“These astronauts were entirely dependent on our radio as their lifeline to earth — there was no fallback plan,” said Chris Brady, President of General Dynamics Mission Systems. “Astronauts and warfighters alike depend on products that must work because they are critical to mission success.”
Our engineers helped make history in the face of environmental and technological challenges, all on an abbreviated timeline. Not only were they contending with the extreme cold, heat and radiation of space, but also working to address a myriad of problems to make the transponders compatible with the spacecraft.
Over 50 Years of Innovation in Space
The moon might as well be an arm’s length away when you compare it to the vast distances of deep space — and General Dynamics’ technology was there to overcome that gap, too. As we ventured further into the solar system, our technology has helped provide a closer look at our celestial neighbors by transmitting data and images back to Earth.
General Dynamics is also modernizing NASA’s Space Network ground segment, which is responsible for communications, command, control and navigation of satellites that in turn support NASA and commercial space missions.
Orion, the first human spacecraft built for deep-space missions will have a transponder and emergency radios built by General Dynamics engineers. The transponder allows them to communicate through different frequencies, such as the NASA Space Network and Deep Space Network, as well as adjust its range to allow communication between two spacecraft outside of Earth’s orbit. When Orion’s crew makes its first manned trip to deep space, these radios will keep the astronauts and their spacecraft connected to mission command centers on Earth and with other space missions like the International Space Station.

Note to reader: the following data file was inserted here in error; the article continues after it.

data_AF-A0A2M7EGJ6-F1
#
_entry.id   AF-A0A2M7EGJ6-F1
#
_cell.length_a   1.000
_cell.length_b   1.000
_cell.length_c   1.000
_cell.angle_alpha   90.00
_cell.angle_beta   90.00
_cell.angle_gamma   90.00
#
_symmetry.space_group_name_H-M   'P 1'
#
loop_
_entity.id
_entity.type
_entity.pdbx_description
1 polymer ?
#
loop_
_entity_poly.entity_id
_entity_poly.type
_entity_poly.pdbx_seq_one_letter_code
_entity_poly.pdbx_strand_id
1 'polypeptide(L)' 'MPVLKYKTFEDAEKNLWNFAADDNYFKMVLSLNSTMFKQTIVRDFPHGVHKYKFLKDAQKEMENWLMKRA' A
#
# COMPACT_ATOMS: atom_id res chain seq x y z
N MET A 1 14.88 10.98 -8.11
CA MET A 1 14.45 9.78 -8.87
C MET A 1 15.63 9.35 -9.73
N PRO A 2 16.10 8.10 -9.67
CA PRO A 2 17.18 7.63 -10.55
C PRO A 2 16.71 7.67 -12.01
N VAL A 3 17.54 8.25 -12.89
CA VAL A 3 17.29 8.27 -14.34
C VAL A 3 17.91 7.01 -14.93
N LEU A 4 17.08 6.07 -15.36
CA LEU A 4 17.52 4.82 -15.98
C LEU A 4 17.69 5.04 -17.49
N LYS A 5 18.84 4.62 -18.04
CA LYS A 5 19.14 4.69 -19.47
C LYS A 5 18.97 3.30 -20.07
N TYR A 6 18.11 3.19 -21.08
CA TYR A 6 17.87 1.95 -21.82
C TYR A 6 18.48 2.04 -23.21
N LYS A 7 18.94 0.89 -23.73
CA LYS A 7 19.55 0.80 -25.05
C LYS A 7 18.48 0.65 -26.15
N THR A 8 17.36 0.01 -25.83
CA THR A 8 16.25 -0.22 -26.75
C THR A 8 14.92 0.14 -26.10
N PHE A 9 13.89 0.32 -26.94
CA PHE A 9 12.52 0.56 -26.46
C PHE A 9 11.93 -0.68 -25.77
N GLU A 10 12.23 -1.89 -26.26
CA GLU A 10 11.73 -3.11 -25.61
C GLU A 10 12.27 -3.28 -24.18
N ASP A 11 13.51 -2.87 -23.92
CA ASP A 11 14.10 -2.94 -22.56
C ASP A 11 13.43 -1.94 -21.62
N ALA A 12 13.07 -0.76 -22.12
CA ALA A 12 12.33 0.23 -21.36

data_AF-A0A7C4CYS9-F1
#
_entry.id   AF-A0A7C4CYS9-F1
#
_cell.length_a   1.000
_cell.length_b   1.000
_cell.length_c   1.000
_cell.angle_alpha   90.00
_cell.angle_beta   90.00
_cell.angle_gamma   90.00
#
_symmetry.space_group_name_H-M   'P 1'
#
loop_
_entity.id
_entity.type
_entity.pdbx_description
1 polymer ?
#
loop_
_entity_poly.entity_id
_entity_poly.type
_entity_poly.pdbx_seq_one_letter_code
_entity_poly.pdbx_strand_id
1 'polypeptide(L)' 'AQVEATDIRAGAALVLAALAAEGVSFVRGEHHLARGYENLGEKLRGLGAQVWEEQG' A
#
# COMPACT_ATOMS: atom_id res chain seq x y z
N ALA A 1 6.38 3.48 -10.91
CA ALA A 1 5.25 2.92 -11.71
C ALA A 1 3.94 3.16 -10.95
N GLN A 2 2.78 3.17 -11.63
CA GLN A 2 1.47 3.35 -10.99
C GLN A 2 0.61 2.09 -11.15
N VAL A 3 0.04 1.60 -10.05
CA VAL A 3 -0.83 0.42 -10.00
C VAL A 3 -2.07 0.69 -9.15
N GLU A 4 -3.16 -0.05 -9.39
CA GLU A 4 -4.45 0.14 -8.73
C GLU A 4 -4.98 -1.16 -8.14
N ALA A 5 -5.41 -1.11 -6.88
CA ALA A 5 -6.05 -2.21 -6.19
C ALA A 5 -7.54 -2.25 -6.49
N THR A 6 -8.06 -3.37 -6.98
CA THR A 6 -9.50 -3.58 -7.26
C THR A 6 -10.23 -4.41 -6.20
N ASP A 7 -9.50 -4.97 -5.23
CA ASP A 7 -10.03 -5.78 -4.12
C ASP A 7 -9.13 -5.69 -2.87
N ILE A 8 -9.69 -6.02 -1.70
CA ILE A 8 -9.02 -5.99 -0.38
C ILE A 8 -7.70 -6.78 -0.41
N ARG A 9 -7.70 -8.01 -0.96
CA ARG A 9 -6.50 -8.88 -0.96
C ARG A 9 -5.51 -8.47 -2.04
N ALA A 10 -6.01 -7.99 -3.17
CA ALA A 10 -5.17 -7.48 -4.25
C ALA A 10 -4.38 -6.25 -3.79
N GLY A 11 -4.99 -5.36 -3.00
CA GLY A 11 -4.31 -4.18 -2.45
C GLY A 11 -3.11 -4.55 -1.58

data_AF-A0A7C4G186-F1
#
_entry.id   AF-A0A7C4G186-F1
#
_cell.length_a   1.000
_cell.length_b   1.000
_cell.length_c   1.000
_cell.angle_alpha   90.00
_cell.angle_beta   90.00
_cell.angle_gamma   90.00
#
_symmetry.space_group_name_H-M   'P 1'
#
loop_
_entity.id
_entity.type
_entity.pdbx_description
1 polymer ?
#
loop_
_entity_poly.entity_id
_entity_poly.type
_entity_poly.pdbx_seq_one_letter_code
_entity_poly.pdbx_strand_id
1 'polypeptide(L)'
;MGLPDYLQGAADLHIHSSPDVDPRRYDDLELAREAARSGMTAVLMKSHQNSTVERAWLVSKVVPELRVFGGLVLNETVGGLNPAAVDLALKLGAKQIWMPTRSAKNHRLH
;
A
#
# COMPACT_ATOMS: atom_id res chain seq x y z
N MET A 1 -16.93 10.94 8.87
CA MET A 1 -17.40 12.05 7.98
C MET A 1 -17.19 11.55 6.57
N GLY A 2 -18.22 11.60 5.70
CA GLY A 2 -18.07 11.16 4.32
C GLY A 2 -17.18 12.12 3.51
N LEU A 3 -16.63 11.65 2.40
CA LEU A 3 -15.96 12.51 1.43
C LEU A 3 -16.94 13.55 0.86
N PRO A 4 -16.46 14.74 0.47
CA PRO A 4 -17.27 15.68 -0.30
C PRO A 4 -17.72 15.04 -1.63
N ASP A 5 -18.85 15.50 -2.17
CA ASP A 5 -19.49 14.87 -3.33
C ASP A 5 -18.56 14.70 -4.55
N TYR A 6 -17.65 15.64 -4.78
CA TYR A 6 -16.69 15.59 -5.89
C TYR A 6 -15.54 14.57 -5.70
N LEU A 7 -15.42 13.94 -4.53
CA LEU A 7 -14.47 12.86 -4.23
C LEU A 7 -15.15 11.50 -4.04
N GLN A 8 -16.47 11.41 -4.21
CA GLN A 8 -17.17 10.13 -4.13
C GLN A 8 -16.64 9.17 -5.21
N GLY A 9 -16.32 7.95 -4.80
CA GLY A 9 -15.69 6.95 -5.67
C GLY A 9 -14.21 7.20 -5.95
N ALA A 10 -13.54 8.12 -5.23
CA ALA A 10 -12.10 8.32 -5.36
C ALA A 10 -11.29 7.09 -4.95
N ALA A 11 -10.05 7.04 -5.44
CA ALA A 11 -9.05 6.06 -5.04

“General Dynamics communication links have been on every deep space probe and aboard every Mars rover and lander,” said Manny Mora, vice president & general manager for Space and Intelligence Systems. “We are proud to be a life-long partner with NASA, starting in the 50’s and 60’s with the Explorer and Apollo missions, and will continue working closely with them, along with the U.S. Department of Defense and intelligence community, to shape the next 50 years of space exploration and support national security.”